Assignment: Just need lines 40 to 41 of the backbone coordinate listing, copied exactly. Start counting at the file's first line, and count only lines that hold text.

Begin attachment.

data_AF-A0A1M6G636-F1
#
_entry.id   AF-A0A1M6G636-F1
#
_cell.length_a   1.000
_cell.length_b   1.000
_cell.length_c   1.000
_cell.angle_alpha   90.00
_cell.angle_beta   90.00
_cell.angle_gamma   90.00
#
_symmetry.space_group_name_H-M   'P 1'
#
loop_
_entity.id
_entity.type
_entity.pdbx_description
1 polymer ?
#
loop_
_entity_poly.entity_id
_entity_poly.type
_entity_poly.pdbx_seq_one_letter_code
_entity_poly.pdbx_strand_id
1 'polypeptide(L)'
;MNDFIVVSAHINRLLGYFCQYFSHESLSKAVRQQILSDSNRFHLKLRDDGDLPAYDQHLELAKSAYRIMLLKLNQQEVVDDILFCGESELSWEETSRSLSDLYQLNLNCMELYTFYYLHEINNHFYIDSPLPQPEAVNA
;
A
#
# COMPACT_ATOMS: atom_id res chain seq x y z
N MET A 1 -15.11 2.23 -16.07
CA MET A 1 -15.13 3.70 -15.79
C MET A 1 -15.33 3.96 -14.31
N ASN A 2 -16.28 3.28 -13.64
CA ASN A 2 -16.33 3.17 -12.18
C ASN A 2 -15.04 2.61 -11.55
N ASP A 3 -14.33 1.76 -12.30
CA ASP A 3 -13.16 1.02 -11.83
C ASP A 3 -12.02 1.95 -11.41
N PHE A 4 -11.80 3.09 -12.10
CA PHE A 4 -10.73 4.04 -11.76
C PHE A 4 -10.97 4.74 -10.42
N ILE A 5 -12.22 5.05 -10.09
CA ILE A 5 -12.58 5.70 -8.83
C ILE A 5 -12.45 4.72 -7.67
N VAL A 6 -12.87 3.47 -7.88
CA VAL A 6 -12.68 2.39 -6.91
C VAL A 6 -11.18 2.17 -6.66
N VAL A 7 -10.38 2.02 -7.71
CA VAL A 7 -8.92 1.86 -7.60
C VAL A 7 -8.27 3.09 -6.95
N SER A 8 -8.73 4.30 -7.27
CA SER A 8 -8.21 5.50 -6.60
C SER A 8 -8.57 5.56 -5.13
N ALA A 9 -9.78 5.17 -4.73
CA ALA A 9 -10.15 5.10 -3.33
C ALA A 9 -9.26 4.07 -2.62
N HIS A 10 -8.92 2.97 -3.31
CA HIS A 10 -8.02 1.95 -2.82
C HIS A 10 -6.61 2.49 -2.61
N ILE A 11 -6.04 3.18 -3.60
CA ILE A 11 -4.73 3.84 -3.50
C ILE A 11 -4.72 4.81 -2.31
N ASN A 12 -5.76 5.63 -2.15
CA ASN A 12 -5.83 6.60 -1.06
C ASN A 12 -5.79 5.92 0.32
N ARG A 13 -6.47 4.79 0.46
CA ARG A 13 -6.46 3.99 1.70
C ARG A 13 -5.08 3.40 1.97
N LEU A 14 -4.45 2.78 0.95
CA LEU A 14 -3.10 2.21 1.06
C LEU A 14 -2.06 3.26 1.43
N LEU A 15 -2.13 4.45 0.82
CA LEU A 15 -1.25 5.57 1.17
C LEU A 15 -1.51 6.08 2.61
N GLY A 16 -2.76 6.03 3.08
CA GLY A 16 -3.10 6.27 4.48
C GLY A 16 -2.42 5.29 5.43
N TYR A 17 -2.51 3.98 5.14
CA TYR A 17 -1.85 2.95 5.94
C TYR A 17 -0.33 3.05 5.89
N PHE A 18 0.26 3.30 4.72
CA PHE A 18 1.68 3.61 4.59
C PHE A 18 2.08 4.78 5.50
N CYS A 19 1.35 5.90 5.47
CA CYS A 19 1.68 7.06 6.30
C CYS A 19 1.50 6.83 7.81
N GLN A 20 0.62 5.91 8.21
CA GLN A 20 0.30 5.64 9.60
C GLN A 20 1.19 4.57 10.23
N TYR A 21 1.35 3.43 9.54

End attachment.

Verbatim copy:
N PHE A 4 -11.80 3.09 -12.10
CA PHE A 4 -10.73 4.04 -11.76